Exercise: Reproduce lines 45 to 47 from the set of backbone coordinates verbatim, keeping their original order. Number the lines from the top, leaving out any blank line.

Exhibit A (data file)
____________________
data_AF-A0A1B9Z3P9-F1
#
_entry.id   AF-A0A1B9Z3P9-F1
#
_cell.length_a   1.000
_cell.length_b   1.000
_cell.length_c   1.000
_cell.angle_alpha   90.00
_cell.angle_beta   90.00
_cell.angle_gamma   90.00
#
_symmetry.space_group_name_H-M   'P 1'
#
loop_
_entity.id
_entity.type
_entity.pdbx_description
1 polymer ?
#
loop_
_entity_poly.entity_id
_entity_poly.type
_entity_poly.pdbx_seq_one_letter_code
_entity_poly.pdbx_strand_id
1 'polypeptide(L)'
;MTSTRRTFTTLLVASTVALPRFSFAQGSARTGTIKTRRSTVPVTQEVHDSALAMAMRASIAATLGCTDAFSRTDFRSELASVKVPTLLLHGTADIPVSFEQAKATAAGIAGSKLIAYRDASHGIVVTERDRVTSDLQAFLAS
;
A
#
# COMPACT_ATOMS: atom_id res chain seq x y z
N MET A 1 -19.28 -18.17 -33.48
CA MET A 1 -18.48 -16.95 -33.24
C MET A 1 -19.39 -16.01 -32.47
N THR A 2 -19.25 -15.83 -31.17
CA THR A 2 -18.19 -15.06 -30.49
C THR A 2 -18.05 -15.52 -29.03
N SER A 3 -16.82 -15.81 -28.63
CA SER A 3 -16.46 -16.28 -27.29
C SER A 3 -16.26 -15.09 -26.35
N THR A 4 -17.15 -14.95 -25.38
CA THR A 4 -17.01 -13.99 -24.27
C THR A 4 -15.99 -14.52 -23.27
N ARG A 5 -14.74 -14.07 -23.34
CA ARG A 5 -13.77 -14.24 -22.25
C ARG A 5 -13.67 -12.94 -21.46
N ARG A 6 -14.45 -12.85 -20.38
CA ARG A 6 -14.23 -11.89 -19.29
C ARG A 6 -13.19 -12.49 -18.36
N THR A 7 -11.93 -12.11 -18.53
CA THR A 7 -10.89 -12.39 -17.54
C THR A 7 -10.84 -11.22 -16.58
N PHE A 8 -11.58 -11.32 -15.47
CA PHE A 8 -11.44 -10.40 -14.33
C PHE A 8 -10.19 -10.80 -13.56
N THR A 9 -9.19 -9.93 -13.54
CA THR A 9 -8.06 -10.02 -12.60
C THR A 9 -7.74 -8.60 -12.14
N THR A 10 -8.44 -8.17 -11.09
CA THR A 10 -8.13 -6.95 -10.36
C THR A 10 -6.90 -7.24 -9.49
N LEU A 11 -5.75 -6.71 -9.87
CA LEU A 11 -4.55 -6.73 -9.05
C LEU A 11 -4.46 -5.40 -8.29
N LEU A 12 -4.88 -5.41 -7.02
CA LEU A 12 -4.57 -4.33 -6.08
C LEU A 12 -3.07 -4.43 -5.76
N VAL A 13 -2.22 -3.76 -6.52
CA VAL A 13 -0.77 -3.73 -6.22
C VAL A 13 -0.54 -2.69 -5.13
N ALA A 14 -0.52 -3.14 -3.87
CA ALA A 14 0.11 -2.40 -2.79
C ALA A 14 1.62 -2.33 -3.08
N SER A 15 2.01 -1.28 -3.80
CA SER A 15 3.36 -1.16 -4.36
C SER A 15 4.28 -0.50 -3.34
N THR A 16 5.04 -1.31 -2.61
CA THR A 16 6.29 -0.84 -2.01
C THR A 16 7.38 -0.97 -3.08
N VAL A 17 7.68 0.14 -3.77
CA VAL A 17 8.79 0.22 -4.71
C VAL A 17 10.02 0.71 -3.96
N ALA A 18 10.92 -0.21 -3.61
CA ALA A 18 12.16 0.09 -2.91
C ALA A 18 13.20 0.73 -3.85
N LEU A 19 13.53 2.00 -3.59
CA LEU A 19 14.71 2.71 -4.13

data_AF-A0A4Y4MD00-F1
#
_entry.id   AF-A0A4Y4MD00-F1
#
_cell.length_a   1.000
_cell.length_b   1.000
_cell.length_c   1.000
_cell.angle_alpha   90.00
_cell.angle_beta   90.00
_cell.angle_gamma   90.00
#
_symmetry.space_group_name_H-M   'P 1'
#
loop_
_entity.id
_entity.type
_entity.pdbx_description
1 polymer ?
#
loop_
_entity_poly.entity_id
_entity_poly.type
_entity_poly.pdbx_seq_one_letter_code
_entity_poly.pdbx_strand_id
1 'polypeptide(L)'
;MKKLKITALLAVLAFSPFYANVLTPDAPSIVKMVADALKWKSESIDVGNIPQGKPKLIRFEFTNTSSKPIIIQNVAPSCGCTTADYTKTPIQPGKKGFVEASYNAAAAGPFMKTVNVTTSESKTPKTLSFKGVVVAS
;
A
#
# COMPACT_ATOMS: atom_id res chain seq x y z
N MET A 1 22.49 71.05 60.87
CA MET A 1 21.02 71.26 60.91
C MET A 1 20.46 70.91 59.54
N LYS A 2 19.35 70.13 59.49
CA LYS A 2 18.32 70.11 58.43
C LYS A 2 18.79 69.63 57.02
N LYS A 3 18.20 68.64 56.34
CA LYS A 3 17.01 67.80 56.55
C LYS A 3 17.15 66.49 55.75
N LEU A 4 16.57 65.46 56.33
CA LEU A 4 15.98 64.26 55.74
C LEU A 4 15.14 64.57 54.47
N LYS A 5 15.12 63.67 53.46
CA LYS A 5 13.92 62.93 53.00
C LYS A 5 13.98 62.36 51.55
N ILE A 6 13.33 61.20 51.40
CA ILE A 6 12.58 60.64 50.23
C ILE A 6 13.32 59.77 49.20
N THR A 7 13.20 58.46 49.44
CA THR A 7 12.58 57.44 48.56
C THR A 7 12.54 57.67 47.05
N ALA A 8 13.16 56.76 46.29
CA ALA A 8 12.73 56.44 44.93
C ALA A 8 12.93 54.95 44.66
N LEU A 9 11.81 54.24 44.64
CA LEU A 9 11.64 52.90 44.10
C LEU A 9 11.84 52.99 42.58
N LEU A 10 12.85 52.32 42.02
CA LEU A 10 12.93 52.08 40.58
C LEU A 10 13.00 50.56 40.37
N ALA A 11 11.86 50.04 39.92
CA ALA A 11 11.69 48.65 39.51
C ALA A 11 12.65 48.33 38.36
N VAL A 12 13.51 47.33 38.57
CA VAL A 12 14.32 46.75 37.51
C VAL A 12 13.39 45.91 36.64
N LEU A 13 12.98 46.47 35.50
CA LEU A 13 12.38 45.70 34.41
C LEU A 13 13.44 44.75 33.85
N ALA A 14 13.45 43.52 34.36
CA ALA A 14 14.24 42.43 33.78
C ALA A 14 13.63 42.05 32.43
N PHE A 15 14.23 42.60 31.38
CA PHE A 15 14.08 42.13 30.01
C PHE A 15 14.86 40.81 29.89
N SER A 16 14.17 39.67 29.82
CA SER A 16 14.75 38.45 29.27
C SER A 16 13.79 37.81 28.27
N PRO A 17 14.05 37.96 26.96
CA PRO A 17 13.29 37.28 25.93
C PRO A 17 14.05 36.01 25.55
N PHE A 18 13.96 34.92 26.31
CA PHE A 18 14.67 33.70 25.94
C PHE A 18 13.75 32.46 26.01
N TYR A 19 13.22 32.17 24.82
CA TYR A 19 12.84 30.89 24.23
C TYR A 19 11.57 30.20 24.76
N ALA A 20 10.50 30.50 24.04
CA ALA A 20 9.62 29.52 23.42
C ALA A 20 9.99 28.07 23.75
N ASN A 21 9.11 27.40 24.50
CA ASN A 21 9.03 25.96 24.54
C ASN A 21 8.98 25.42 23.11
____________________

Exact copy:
C ARG A 5 -13.67 -12.94 -21.46
N ARG A 6 -14.45 -12.85 -20.38
CA ARG A 6 -14.23 -11.89 -19.29